A retaining wall between the grass and the beach of Loyola Park is more than just 600 feet of concrete. Twenty seven years ago local artists took it over, founding The Artists of the Wall Festival and transforming the wall into a piece of collaborative public art.
About 130 different paintings — from minimalistic, color-block flowers to impossibly intricate patterns — on the wall represent the views of the community. A new theme each year — such as “Together We Art” in 2010 and “The Wall of Dreams” in 2011 — guides the artists’ designs.
Artists — who must register and pay for a spot on the wall months in advance — fill their designated five feet of space each Father’s Day weekend, culminating in about 130 separate spaces. The works remain up for the residents’ enjoyment for nearly a year. The following May, the wall is cleaned off and painted white, leaving a clean slate for the new year and new theme.
In recent years, violence has tainted the reputation of the park with shootings where two were left dead last October and one injured this May. It could be argued the positivity of the art is more important than ever. President of the Park Advisory Council, the committee that plans Loyola Park’s events, Jim Ginderske said the crimes had no bearing on whether or not the event would continue.
“As a community we try to embrace each other,” he said. “We’re certainly not going to let ourselves be defined by scattered occurrences, tragic though they may be.”
That community has continued to make Artists of the Wall happen. The festival is for and by Rogers Park residents — with planning from the Park Advisory Council and support from artists, lifelong Rogers Park residents and local business owners.
Past participants and supporters of the festival gathered at the Loyola Park Fieldhouse (1230 W. Greenleaf Ave.) — a 15 minute walk north of Loyola’s Lakeshore campus — Aug. 28 to discuss the event’s history. Old friends hugged and reminisced about their experiences painting the wall and the connections made through it.
Organizer Mary Bao became a coordinator of the festival with the Loyola Park Advisory Council soon after the event’s inception in 1993. She said she’s always had a passion for art. When she first participated in painting the wall, she let that fire supersede the rules.
“I actually was painting on the wall in a space that somebody else who was volunteering had gotten,” Bao said in an interview with The Phoenix. “The organizers saw this strange person painting and they painted over my art three times. I got so mad that I volunteered so that they wouldn’t do it again.”
Many in the fieldhouse referred to Bao as the glue that held the group together by thinking ahead and confirming the local businesses’ support necessary for getting all the paint and brushes.
She said selecting a different theme each year speaks to the voice of the people, recent events and needs of the times.
“We reflect what happens around us,” Bao said. “We’re like the speaker — the world goes through us and our images.”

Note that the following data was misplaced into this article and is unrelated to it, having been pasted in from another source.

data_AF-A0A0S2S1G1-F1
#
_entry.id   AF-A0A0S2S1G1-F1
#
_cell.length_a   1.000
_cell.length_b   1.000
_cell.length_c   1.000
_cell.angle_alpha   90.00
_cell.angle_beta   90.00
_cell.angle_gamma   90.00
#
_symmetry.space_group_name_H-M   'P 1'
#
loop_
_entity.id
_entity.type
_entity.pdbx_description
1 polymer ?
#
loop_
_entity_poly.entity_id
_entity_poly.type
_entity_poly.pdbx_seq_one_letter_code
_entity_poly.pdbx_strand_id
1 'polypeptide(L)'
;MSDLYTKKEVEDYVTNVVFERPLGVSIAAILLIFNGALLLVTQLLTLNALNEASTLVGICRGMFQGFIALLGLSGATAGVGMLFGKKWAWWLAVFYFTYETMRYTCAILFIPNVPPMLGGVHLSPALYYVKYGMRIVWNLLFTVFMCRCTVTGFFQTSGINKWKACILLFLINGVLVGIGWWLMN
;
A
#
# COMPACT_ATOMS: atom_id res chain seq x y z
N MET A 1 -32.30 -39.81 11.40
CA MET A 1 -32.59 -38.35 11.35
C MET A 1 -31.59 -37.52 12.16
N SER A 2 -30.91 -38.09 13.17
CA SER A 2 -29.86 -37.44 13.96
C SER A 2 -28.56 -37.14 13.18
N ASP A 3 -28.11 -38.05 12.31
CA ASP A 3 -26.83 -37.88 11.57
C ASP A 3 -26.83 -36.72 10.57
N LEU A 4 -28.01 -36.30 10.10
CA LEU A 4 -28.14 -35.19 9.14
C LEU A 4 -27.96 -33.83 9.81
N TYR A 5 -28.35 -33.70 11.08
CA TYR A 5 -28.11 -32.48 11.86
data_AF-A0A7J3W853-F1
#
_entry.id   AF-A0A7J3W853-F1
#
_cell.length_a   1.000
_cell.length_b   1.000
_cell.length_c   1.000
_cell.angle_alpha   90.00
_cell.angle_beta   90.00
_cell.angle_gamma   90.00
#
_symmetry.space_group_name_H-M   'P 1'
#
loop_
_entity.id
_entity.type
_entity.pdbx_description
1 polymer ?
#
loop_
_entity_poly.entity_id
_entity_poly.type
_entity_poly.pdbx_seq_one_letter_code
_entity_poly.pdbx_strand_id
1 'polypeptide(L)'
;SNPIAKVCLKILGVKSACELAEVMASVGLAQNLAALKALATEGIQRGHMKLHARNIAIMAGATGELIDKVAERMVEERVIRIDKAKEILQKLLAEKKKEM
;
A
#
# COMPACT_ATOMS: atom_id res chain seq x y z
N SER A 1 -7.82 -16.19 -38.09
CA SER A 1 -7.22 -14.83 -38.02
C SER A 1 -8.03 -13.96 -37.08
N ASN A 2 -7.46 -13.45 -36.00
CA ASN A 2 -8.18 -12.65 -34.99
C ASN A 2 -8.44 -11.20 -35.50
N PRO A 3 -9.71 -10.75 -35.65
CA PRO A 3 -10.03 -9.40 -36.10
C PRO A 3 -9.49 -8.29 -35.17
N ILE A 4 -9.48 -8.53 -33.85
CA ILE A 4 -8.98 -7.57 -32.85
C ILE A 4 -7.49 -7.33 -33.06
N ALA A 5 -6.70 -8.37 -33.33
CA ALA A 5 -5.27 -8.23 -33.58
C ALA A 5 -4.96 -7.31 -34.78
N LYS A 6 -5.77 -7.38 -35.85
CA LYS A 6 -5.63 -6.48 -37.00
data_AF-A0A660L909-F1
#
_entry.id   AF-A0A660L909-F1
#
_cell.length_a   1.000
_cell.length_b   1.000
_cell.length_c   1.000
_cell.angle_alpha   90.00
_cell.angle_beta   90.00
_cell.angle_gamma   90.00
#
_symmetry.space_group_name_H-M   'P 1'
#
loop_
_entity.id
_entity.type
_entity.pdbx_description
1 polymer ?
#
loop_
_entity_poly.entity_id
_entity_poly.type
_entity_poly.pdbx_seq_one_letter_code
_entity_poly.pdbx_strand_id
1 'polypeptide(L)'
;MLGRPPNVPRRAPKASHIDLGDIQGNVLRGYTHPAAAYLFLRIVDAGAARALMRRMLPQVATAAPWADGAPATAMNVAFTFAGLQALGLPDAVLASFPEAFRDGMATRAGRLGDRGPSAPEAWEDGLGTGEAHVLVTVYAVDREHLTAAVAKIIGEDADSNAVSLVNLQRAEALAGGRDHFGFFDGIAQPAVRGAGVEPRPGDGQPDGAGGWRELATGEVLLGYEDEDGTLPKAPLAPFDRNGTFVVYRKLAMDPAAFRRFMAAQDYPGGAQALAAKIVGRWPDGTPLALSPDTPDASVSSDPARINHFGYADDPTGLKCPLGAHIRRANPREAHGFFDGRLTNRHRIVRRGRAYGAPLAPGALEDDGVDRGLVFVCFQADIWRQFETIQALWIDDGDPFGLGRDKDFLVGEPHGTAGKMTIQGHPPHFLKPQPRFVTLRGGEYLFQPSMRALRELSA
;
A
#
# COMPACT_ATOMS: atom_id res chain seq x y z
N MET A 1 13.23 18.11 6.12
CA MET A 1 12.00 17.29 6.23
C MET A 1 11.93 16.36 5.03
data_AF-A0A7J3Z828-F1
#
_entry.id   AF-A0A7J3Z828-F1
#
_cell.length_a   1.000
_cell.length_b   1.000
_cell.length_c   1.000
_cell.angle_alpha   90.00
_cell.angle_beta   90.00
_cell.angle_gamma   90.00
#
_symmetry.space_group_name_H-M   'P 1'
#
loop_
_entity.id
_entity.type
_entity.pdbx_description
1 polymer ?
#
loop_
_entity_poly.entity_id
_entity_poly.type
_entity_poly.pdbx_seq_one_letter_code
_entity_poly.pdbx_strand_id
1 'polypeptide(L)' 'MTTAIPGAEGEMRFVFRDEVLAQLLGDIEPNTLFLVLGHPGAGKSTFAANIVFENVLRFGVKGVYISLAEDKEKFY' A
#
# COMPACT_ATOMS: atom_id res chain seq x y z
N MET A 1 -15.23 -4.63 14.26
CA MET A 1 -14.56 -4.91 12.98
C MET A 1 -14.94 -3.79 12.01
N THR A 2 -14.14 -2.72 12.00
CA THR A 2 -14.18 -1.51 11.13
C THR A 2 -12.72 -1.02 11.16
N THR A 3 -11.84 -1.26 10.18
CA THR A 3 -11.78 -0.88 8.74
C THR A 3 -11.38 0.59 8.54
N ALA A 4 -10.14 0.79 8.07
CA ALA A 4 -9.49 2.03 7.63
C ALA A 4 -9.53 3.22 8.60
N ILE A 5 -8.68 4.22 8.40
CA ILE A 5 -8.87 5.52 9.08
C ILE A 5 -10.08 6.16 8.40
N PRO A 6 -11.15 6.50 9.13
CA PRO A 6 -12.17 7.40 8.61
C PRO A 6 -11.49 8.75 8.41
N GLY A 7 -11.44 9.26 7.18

The most recent theme, “Our Backyard,” emphasized the inclusivity of the event. For many, Rogers Park truly has been their backyard for much of their lives.
Born and raised in the area, Tina Juhlin has lived in the neighborhood for the last 57 years. Living so close to Loyola Beach, Juhlin said she’s delighted in watching the wall transform, but it’s become much more than a piece of public art for her and her family.
Juhlin’s daughter was the first in the family to get involved at 16 years old. She influenced the rest of the family of creatives to try their hand at painting a portion of the wall. The group has only grown as Juhlin’s daughter brings her own children to contribute.
“For the last 18 years, we have not missed one,” Juhlin said in an interview with The Phoenix.
This year, she shared her section of the wall with her family. All the spaces on the wall were taken the day registration opened so only some family members applied fast enough to get their own spot. Juhlin didn’t seem to mind — she painted individual Polaroid frames for her children and herself, making a scrapbook-style design.
Juhlin’s concept exemplified the problem-solving skills and cooperation necessary for the success of the festival. Coordinating an event for an entire neighborhood and gathering supplies doesn’t happen on it’s own. It takes the help of the community it seeks to benefit.
The owner of Clark-Devon Hardware, Ken Wolchak has been a longtime supporter of Artists of the Wall, providing paint and supplies for the artists. Having been in business for 100 years, Clark-Devon Hardware has supported numerous Rogers Park projects, so the addition of the event just made sense.
“Artists of the Wall is sort of a natural,” Wolchak said. “We’re a hardware store so we’ve got paint and that’s how we ended up with it and Mary [Bao] is a longtime customer.”
The Artists of the Wall functions not only as a beautiful addition to the area but also as the main fundraiser for the Loyola Park Advisory Council. The council of community volunteers plans events in Loyola Park. Money made from the wall supports events such as kids’ summer programs, the Daddy-Daughter Dinner Dance and movies in the park.
The impact of the Artists of the Wall can be seen throughout the year and painting it often gives people something to look forward to.
“The sky, the beach, the water, the sand, the people, the music,” Juhlin said. “It is just my favorite weekend of the year.”